#IMWAYR February 17, 2020

Here we are. It's #IMWAYR time again, when readers share what they have been reading and find out what others have been up to in the past week. Kathryn hosts the adult version of this meme at Book Date. Jen at Teach Mentor Texts and Kellee and Ricki at Unleashing Readers host the kidlit rendition. Whatever you are looking forward to in your next great read, these are fabulous places to start your search.

My partner and I are enjoying a respite from city life here in our home in Oliver BC. I love to look out our living room picture window.  A skiff of snow on the mountains emphasizes where earth meets sky. Stark branches of deciduous trees are etched in front of dark green coniferous. Hardy birds take to air or perch on tree branches and along the power lines. Then there are the quail scurrying around the ground searching for things to eat. In the middle of February, we are in a holding pattern, aware that spring is on its way, yet knowing that winter still has a grip on the land.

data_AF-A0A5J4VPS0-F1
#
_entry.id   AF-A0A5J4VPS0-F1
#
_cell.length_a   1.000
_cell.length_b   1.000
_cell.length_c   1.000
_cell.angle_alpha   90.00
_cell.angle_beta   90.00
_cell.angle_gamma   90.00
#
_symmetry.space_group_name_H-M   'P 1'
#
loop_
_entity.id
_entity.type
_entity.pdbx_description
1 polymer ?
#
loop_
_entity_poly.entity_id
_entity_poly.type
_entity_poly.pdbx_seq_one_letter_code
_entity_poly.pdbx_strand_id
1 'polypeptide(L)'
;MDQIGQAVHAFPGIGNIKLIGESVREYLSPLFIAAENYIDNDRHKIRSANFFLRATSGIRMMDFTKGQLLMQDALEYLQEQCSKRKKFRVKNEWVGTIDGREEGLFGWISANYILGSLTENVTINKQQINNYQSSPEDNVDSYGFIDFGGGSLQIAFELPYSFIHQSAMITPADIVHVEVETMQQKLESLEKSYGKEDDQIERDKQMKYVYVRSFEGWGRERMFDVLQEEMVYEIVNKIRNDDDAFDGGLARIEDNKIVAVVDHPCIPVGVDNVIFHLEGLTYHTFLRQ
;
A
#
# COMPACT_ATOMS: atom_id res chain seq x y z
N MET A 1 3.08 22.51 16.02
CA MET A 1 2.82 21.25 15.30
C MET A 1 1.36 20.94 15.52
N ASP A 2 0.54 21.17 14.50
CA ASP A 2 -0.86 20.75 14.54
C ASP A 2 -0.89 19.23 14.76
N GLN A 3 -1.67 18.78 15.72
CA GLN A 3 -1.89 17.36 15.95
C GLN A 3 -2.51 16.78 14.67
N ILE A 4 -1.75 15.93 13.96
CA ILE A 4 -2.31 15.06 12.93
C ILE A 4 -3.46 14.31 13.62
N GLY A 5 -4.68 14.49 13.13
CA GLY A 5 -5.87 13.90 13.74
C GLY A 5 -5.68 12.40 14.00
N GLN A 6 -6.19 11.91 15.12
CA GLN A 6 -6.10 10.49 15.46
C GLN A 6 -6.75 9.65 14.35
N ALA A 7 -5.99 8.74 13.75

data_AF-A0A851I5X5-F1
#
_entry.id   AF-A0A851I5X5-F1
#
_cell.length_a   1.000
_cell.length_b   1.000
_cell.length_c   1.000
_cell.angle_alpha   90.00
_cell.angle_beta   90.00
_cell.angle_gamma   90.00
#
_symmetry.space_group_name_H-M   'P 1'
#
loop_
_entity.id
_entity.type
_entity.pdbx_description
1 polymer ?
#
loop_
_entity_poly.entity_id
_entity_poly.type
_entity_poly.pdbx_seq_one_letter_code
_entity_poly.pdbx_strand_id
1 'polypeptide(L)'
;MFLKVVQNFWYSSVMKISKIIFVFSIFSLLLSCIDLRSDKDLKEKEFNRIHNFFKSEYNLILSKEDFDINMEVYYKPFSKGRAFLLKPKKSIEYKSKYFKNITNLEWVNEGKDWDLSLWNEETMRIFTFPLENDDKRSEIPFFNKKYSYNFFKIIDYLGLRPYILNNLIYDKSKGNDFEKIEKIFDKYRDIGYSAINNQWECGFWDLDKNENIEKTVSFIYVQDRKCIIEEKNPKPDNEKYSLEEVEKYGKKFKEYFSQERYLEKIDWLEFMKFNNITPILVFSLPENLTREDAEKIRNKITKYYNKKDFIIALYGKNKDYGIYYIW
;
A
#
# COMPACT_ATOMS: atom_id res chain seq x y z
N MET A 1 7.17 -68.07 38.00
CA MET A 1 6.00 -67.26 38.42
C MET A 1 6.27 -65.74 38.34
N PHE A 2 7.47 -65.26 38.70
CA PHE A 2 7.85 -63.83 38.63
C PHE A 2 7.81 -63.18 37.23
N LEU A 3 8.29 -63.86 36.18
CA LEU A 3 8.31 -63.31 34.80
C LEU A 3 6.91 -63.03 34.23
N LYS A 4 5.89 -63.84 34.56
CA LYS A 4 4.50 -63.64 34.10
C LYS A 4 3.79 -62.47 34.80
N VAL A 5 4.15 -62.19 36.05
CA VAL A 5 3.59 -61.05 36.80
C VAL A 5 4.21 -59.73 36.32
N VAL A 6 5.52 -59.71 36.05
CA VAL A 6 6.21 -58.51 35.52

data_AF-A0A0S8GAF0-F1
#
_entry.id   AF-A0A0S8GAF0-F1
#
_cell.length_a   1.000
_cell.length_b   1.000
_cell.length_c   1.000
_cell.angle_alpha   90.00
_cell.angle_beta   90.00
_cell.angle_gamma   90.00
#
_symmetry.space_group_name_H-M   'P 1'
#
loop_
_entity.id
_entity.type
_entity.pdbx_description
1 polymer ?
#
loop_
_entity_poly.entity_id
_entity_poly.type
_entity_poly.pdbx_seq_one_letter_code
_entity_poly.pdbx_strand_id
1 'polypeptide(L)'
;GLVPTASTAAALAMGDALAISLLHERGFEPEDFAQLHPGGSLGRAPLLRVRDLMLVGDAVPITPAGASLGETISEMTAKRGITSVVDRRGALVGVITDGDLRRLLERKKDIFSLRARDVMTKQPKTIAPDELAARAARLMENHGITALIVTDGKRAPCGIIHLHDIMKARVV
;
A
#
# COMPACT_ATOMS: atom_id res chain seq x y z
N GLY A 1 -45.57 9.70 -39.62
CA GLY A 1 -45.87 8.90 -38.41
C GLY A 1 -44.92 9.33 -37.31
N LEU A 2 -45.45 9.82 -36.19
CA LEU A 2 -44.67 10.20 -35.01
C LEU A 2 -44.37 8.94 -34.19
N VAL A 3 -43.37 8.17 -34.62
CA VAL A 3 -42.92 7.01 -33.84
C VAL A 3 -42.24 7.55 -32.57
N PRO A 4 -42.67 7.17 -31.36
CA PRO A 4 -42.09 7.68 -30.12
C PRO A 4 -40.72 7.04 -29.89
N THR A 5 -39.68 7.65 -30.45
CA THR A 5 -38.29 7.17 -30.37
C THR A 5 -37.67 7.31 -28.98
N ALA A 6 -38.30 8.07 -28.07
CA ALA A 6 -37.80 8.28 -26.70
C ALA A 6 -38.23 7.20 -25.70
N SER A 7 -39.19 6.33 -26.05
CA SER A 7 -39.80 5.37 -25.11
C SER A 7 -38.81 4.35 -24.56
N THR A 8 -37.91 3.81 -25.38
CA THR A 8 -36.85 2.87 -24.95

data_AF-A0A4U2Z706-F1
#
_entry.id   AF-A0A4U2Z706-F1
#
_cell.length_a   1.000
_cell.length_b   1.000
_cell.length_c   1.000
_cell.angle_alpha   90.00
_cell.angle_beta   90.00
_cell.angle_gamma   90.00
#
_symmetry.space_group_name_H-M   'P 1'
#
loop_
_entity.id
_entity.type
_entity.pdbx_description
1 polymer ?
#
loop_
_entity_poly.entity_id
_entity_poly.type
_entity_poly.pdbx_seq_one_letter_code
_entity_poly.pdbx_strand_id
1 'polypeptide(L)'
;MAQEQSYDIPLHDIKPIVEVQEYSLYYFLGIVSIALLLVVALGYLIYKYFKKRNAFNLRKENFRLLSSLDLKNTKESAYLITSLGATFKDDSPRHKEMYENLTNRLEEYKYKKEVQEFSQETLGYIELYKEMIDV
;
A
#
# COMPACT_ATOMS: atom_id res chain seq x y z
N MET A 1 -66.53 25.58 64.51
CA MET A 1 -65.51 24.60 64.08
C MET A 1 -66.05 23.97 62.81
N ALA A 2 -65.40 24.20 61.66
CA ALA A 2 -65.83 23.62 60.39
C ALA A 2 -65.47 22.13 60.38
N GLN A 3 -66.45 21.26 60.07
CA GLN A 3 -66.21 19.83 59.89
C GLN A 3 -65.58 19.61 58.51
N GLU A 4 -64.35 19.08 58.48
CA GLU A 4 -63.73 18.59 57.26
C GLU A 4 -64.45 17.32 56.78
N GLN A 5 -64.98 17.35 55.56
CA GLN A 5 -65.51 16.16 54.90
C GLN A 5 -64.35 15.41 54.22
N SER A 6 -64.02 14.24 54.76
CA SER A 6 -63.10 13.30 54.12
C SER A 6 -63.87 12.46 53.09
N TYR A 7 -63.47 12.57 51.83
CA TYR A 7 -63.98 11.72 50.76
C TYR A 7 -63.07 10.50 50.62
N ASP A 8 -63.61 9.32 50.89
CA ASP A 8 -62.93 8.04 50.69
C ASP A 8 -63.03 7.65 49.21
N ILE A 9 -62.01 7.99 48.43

Titles with a 🍁 indicate this is a Canadian Author and or Illustrator.

Clicking on the title will take you to the Goodreads page of the book.


5 stars
A Hat for Mrs. Goldman: A Story About Knitting and Love by Michelle Edwards & G. Brian Karas (Illustrator)

This one hits the sweet spot for me for so many reasons. It's got that relationship between generations. It's about acts of kindness and love. But mostly, it's because I am a knitter who has tried to teach youngsters and older folks how to knit. The truth in it makes me laugh. Brian Karas' art is lovely. I am impressed by the note on the jacket cover saying that he learned to knit to prepare for illustrating the book.

4 stars
16 Words: William Carlos Williams and "The Red Wheelbarrow" by Lisa Jean Rogers & Chuck Groenink (Illustrator)